We, of course, have a constitutional mandate to protect the free exercise of religion in Iowa, which includes the freedom of a religious organization to define marriages it solemnizes as unions between a man and a woman. See Iowa Const. art. I, § 3 (“The general assembly shall make no law . . . prohibiting the free exercise [of religion] . . . .”). This mission to protect religious freedom is consistent with our task to prevent government from endorsing any religious view. State government can have no religious views, either directly or indirectly, expressed through its legislation. Knowlton v. Baumhover, 182 Iowa 691, 710, 166 N.W. 202, 208 (1918). This proposition is the essence of the separation of church and state.

As a result, civil marriage must be judged under our constitutional standards of equal protection and not under religious doctrines or the religious views of individuals. This approach does not disrespect or denigrate the religious views of many Iowans who may strongly believe in marriage as a dual-gender union, but considers, as we must, only the constitutional rights of all people, as expressed by the promise of equal protection for all. We are not permitted to do less and would damage our constitution immeasurably by trying to do more.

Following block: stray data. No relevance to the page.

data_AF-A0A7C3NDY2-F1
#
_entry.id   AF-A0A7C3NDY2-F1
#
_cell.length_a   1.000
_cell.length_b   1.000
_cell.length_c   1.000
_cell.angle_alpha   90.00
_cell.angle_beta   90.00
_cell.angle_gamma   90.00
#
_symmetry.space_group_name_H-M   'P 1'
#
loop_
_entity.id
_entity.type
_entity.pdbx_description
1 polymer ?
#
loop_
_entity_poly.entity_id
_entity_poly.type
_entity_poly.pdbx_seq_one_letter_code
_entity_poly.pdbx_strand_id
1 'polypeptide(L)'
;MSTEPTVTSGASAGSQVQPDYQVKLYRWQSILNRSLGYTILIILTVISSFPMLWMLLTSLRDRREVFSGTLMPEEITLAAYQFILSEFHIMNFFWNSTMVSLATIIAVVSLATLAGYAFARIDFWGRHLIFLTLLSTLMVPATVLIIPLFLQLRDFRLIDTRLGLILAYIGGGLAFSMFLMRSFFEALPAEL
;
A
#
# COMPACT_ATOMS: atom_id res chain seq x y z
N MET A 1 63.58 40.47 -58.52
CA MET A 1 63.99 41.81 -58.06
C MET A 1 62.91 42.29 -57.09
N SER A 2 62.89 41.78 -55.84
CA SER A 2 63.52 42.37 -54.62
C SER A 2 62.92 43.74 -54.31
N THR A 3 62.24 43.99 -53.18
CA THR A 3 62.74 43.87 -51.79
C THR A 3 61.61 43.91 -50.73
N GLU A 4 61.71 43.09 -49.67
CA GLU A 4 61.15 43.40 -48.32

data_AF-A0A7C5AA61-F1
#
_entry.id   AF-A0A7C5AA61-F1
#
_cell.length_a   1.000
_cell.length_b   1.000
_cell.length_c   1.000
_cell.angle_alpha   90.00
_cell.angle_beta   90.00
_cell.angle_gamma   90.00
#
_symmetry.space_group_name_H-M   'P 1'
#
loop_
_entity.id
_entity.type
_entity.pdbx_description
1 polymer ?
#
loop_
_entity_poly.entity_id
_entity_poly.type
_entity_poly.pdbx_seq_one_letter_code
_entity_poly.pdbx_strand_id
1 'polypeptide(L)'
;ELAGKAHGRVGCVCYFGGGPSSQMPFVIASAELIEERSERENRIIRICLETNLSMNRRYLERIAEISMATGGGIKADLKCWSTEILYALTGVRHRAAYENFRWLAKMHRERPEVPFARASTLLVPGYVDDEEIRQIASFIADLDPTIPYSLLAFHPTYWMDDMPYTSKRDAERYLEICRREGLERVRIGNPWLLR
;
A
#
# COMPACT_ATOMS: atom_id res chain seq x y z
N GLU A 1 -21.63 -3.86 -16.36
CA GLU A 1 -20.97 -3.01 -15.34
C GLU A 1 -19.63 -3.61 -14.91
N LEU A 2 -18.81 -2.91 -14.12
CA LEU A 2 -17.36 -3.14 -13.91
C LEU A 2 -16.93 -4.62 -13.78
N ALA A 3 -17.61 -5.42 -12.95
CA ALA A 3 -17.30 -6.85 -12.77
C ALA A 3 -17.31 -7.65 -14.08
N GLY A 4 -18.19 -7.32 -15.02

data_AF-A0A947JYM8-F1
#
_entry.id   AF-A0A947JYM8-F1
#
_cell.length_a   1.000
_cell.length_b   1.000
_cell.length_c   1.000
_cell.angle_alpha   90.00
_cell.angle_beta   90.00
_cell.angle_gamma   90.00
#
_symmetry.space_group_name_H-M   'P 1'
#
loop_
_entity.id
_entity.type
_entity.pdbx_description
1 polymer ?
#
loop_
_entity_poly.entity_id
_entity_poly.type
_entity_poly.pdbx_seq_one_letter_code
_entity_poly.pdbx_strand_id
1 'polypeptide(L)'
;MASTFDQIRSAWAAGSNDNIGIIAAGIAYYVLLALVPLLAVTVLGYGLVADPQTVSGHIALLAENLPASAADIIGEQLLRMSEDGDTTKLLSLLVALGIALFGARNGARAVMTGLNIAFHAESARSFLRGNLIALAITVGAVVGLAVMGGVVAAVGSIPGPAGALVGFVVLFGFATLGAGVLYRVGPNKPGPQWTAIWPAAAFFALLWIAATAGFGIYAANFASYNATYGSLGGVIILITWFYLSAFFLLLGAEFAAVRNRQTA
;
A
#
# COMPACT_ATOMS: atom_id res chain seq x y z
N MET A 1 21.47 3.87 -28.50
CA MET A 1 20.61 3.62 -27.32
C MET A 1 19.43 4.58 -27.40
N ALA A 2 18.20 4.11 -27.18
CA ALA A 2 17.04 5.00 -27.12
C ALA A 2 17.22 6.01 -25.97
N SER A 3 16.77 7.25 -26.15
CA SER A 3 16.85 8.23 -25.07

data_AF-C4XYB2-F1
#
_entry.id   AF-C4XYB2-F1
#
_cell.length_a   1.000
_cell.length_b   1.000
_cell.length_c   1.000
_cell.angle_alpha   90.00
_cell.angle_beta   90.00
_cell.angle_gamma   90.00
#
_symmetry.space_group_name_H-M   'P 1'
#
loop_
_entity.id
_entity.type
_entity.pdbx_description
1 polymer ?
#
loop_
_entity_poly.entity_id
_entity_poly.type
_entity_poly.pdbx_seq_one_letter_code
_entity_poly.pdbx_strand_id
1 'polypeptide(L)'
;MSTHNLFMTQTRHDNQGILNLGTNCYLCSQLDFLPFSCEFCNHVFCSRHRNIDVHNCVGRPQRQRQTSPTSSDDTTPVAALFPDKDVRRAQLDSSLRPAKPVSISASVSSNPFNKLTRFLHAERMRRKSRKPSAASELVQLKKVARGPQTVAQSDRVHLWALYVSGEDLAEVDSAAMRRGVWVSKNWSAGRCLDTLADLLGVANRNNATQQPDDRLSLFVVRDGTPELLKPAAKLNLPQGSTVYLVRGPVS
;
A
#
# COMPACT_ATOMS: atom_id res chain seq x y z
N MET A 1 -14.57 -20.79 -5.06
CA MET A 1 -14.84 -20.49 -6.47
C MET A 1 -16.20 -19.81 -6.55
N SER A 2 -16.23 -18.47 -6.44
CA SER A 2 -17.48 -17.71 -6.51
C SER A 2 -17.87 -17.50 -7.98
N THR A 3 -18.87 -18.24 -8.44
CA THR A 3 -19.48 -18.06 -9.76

For us, the court's wringing endorsement of the bedrock principle of the separation of church and state is every bit as important as the substantive ruling itself.

Kudos to the Polk County Attorney's Office. They may have lost the case but they saved their souls.

2 comments:

Anonymous said...

Not just the souls. Also the constitution! The ruling is good. So are the lawyers who did their jobs defending the state.

Dave said...

Interesting that the Florida Constitution says, "We, the People of the State of Iowa, grateful to the Supreme Being for the blessings hitherto enjoyed, and feeling our dependence on Him for a continuation of these blessings..."

From Chuch v State blog